An oft-used bit is to mess up the lyrics of a song and the listeners have to guess the right song to win. Where things gets into unique territory (and become much more valuable because it’s unique) is to have a cast member’s parent do the bit. Often, a cast member would just do this, but using your mother helps position you as their kid (and a real person) and gives you more to play with. Such is the case in a regular bit done by Brian and Chrissy, WGNA, Albany called Chrissy’s Mom Screws Up the Songs. Here’s the payoff to one they did around Halloween. Listen to the production value of this bit and how quickly they moved through the content to not waste the audience’s time. In less than two minutes, the listener is hooked, engaged, having a good time, and leaves with several positive impressions of the show’s humor and relevance. Bonus points that they never put the caller on to guess the song – I love this because there is no inane banter with the winner. They just credit them, focusing more on the execution of the content that is entertaining to everyone not calling.
“Yea, but what are we doing with it?” That’s a question I ask every show in near every weekly conversation. Choosing the topics for the program is the easy part. What we do with them, past the interesting angles that define the talent, is what makes it sticky. You have seen me preach this countless times on this page. The audience wants to be around people they know and like when they turn you on, but most importantly, they want to laugh and have a good time. Looking for a new feature for Karson and Kennedy, MIX 104.1, Boston, the team came up with Drunk News. It’s been done by other shows (Leno even did it for a while). The difference here is how the show did it. They could have read news stories and acted drunk – that would have be perceived as a wacky radio bit. Or, you could type up some news stories and go to the bars in Boston at 2am and get actual drunk people to read them – that’s real. That’s what they did. Nothing truly revolutionary here. It doesn’t need to be. It just needs to be relevant and fun, which this is. Here’s a retro-break that easily shows how it can be done to stand out.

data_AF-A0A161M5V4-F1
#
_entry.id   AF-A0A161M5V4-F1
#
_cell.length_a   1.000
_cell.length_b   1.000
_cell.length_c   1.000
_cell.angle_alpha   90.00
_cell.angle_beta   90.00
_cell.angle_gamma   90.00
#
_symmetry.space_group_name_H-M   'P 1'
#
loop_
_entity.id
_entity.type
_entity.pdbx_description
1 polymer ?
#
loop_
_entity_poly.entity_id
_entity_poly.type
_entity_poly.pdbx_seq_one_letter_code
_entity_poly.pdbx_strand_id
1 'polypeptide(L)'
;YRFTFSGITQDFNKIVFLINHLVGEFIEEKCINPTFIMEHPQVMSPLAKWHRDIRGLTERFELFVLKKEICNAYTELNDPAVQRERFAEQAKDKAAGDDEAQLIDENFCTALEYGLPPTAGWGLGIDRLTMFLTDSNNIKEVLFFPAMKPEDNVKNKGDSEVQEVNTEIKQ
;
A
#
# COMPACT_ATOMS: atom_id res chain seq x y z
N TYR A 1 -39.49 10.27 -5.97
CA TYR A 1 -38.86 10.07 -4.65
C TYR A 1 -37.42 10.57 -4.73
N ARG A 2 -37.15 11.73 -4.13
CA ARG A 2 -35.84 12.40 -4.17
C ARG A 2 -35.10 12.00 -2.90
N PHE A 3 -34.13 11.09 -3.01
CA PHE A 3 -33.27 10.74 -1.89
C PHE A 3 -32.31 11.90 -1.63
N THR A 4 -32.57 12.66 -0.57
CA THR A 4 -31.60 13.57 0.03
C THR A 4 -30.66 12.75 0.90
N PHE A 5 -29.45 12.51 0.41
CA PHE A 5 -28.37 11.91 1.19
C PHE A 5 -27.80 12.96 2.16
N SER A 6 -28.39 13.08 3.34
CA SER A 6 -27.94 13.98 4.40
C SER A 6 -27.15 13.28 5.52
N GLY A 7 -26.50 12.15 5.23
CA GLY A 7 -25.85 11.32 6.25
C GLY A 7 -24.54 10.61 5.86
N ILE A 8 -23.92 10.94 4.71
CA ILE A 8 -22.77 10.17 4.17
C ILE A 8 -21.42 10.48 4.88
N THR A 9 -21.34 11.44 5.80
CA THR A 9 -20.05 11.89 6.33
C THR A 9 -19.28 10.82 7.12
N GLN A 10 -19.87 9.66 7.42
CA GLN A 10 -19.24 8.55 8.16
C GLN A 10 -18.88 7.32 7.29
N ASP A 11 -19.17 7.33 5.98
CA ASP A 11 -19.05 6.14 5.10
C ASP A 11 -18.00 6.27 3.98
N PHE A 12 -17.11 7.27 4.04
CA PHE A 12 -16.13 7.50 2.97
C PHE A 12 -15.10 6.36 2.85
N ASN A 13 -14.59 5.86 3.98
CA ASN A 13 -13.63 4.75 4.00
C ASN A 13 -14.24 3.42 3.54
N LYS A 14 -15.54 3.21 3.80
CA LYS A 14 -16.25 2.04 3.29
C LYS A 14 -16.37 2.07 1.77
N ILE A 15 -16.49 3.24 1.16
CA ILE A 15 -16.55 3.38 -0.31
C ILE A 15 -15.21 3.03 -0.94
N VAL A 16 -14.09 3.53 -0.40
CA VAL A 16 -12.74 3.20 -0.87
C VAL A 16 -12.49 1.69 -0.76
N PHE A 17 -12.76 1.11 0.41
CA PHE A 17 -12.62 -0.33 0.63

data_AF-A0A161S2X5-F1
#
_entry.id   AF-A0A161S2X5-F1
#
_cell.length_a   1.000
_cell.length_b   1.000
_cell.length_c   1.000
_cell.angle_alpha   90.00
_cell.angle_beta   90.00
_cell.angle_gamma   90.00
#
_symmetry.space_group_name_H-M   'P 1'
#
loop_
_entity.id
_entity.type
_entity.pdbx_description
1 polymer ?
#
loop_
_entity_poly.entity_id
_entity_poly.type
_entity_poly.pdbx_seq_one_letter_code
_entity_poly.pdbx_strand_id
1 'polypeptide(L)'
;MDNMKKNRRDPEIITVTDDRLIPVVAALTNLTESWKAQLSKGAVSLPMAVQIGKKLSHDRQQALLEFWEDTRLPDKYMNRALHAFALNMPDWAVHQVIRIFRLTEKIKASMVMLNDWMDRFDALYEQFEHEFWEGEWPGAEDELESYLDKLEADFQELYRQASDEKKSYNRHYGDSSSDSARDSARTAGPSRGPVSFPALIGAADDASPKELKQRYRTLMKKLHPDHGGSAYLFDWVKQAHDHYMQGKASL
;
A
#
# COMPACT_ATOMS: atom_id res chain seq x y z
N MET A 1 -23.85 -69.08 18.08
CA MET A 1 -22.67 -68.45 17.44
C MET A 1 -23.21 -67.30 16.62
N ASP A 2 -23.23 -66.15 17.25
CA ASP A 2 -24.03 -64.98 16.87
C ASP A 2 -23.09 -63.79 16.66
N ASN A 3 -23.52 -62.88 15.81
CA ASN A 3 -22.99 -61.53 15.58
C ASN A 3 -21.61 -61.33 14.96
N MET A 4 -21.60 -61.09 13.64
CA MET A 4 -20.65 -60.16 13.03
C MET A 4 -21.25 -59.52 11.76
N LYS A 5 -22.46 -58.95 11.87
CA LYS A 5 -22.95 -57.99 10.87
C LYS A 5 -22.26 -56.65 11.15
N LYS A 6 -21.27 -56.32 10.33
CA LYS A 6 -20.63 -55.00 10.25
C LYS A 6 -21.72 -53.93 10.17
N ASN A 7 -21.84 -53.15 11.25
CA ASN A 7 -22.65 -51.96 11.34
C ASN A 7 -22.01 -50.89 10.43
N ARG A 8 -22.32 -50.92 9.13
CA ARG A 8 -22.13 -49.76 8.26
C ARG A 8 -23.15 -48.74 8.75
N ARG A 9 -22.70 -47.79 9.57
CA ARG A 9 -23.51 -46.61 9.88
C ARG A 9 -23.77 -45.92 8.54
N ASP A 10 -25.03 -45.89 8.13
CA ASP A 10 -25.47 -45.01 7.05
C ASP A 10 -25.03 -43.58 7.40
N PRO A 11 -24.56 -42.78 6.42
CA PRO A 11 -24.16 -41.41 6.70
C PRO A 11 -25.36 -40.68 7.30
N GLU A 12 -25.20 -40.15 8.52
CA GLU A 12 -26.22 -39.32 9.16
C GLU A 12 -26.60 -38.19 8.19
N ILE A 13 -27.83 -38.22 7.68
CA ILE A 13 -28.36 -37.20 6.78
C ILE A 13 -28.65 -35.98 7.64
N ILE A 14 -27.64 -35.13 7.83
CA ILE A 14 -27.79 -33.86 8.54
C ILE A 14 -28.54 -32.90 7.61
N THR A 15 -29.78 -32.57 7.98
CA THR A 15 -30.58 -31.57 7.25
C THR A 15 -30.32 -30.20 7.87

PPM ratings are all about occasions. Our job in developing daily, fun radio, is to have as part of our recipe, “tune-in features” that affect listeners’ behavior so they turn us on. Listen to any successful show breakdown their wins and you will almost always hear them reference that fans set their watch for features they must hear. Solid, fun, can’t miss benchmarks must be a part of your show if you care to turn a two-day a week listener into a three-day a week listener. Much like Apple releases new products and targets them at Apple fans, your fans are the easiest route to getting more listenership because they already like you. Benchmarks must reach certain thresholds to be effective, though. Just doing the same thing at the same time each day isn’t good enough. When The TJ Show was on AMP, 103.3, Boston, we challenged TJ to come with a can’t miss feature we could get known for. Here’s TJ’s Street Match, a play along game that used people on the streets of Boston, one listener, and a bunch of very quirky questions to keep everyone tuned in.